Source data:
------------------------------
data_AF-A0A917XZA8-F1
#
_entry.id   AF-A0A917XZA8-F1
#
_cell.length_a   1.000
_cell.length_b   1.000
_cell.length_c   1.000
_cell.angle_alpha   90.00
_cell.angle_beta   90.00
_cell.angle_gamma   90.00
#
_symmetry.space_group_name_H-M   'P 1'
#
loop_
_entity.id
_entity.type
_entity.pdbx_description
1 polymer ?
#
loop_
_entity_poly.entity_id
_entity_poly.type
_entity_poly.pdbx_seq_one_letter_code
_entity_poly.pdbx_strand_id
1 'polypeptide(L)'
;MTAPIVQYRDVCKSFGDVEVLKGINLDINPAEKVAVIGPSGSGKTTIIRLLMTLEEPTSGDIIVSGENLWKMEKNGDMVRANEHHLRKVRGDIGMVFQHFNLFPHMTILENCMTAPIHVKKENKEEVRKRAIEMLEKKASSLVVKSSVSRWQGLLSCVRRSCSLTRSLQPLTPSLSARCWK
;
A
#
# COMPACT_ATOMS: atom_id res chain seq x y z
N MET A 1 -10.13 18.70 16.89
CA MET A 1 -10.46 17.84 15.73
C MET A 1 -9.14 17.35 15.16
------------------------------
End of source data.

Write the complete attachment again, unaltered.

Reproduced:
data_AF-A0A917XZA8-F1
#
_entry.id   AF-A0A917XZA8-F1
#
_cell.length_a   1.000
_cell.length_b   1.000
_cell.length_c   1.000
_cell.angle_alpha   90.00
_cell.angle_beta   90.00
_cell.angle_gamma   90.00
#
_symmetry.space_group_name_H-M   'P 1'
#
loop_
_entity.id
_entity.type
_entity.pdbx_description
1 polymer ?
#
loop_
_entity_poly.entity_id
_entity_poly.type
_entity_poly.pdbx_seq_one_letter_code
_entity_poly.pdbx_strand_id
1 'polypeptide(L)'
;MTAPIVQYRDVCKSFGDVEVLKGINLDINPAEKVAVIGPSGSGKTTIIRLLMTLEEPTSGDIIVSGENLWKMEKNGDMVRANEHHLRKVRGDIGMVFQHFNLFPHMTILENCMTAPIHVKKENKEEVRKRAIEMLEKKASSLVVKSSVSRWQGLLSCVRRSCSLTRSLQPLTPSLSARCWK
;
A
#
# COMPACT_ATOMS: atom_id res chain seq x y z
N MET A 1 -10.13 18.70 16.89
CA MET A 1 -10.46 17.84 15.73
C MET A 1 -9.14 17.35 15.16